The Graves Are Walking

The Graves Are Walking

The Great Famine and the Saga of the Irish People

Book - 2012
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Baker & Taylor
Describes the Great Irish Potato Famine that began in 1845 and discusses how the combined forces of bacterial infection, political greed, and religious intolerance started a disaster that killed twice as many people as died during the American Civil War.

McMillan Palgrave


A magisterial account of the worst disasters to strike humankind--the Great Irish Potato Famine--conveyed as lyrical narrative history from the acclaimed author ofThe Great Mortality

Deeply researched, compelling in its details, and startling in its conclusions about the appalling decisions behind a tragedy of epic proportions, John Kelly's retelling of the awful story of Ireland's great hunger will resonate today as history that speaks to our own times.

It started in 1845 and before it was over more than one million men, women, and children would die and another two million would flee the country. Measured in terms of mortality, the Great Irish Potato Famine was the worst disasters in the nineteenth century--it claimed twice as many lives as the American Civil War. A perfect storm of bacterial infection, political greed, and religious intolerance sparked this catastrophe. But even more extraordinary than its scope were its political underpinnings, andThe Graves Are Walking provides fresh material and analysis on the role that Britain's nation-building policies played in exacerbating the devastation by attempting to use the famine to reshape Irish society and character. Religious dogma, anti-relief sentiment, and racial and political ideology combined to result in an almost inconceivable disaster of human suffering.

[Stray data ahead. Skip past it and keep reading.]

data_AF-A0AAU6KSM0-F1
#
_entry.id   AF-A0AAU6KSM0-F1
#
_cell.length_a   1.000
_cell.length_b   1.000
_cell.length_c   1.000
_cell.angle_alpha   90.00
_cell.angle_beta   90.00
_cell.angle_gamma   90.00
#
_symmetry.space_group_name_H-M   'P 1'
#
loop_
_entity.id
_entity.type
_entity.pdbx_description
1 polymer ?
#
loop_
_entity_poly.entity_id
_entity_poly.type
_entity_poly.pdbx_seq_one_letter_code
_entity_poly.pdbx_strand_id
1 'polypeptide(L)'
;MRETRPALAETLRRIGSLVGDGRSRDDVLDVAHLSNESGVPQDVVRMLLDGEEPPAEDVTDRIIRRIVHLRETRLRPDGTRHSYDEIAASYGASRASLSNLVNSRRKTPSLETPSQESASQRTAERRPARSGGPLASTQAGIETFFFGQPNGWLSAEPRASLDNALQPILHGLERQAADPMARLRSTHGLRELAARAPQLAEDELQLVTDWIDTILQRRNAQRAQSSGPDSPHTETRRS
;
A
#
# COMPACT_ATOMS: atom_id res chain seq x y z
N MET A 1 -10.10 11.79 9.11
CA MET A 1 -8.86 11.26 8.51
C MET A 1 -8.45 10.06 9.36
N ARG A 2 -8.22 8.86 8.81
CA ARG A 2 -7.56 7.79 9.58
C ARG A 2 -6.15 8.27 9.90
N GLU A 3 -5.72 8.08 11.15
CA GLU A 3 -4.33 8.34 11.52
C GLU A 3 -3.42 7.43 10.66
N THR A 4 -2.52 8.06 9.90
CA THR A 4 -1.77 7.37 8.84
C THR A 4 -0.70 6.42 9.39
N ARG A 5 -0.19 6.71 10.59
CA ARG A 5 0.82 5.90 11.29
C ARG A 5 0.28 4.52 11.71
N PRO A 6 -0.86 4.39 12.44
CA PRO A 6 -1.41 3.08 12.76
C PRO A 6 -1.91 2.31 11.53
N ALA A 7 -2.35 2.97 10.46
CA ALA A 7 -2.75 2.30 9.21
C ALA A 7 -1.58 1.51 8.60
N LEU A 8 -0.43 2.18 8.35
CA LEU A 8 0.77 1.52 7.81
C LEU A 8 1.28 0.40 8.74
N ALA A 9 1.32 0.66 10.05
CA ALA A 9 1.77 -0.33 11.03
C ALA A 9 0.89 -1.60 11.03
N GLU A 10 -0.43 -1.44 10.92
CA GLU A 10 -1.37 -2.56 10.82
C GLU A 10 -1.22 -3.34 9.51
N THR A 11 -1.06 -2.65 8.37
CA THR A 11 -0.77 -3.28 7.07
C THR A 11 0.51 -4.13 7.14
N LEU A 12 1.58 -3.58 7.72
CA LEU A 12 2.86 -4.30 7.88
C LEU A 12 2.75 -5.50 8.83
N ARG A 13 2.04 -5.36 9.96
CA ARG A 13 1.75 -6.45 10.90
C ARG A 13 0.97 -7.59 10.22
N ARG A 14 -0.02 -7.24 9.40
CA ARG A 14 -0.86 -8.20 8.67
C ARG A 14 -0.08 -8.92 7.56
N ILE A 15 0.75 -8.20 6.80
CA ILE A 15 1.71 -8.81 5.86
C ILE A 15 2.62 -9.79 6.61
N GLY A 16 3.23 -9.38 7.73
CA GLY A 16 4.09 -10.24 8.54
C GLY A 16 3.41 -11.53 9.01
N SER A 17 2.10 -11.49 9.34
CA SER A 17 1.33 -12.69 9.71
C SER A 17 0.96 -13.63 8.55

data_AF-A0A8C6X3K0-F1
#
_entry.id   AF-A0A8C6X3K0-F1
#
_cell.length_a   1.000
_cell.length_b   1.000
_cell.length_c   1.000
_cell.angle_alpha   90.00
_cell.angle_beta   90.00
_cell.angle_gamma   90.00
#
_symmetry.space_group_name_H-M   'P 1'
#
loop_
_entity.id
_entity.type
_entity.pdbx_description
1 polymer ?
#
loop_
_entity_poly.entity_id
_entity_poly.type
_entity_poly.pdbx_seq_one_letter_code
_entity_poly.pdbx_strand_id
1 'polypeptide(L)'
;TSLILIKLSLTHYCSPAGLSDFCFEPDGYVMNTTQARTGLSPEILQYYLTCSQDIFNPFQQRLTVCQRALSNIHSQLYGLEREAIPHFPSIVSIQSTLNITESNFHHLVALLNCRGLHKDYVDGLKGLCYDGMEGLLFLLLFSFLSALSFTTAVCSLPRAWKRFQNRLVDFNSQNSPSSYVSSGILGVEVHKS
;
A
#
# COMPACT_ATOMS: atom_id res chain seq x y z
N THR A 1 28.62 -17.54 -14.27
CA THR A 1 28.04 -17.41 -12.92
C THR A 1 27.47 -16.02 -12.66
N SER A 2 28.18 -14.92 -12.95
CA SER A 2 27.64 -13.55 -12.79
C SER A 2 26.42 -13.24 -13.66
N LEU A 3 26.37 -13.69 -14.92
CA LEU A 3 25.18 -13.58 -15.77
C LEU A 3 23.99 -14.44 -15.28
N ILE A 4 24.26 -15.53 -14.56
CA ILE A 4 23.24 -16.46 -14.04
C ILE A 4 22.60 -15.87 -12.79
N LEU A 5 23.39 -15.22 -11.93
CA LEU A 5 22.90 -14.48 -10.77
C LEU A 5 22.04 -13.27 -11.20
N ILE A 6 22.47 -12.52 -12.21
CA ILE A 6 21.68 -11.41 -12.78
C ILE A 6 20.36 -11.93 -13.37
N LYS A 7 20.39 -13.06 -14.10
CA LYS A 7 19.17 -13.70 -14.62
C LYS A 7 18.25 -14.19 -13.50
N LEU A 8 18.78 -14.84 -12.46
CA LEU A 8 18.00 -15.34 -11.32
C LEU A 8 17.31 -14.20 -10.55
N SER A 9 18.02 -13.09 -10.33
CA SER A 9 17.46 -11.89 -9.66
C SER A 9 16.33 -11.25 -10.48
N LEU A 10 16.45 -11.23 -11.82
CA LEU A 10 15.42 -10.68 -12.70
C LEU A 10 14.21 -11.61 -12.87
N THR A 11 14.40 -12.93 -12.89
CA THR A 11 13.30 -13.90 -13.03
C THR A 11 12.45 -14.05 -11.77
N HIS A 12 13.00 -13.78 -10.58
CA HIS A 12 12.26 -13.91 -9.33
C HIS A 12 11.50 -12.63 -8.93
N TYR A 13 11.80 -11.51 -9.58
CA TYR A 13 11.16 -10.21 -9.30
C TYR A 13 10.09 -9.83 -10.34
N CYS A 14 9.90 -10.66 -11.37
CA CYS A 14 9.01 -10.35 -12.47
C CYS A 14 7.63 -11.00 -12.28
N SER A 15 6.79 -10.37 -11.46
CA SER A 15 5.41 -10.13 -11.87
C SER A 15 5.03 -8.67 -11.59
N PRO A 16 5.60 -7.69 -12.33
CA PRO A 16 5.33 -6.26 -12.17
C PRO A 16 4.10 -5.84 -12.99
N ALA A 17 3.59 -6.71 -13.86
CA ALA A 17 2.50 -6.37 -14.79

This is ultimately a story of triumph over perceived destiny: for fifty million Americans of Irish heritage, the saga of a broken people fleeing crushing starvation and remaking themselves in a new land is an inspiring story of revival.

Based on extensive research and written with novelistic flair, The Graves Are Walking draws a portrait that is both intimate and panoramic, that captures the drama of individual lives caught up in an unimaginable tragedy, while imparting a new understanding of the famine's causes and consequences.



Baker
& Taylor

Describes the Great Irish Potato Famine that began in 1845 and discusses how the combined forces of bacterial infection, political greed and religious intolerance started a disaster that killed twice as many people as died during the American Civil War. 35,000 first printing.

Publisher: New York : Henry Holt and Co., 2012
Edition: 1st ed
ISBN: 9780805091847
080509184X
Branch Call Number: 941.5 KEL
Characteristics: xii, 397 p. : ill. ; 25 cm

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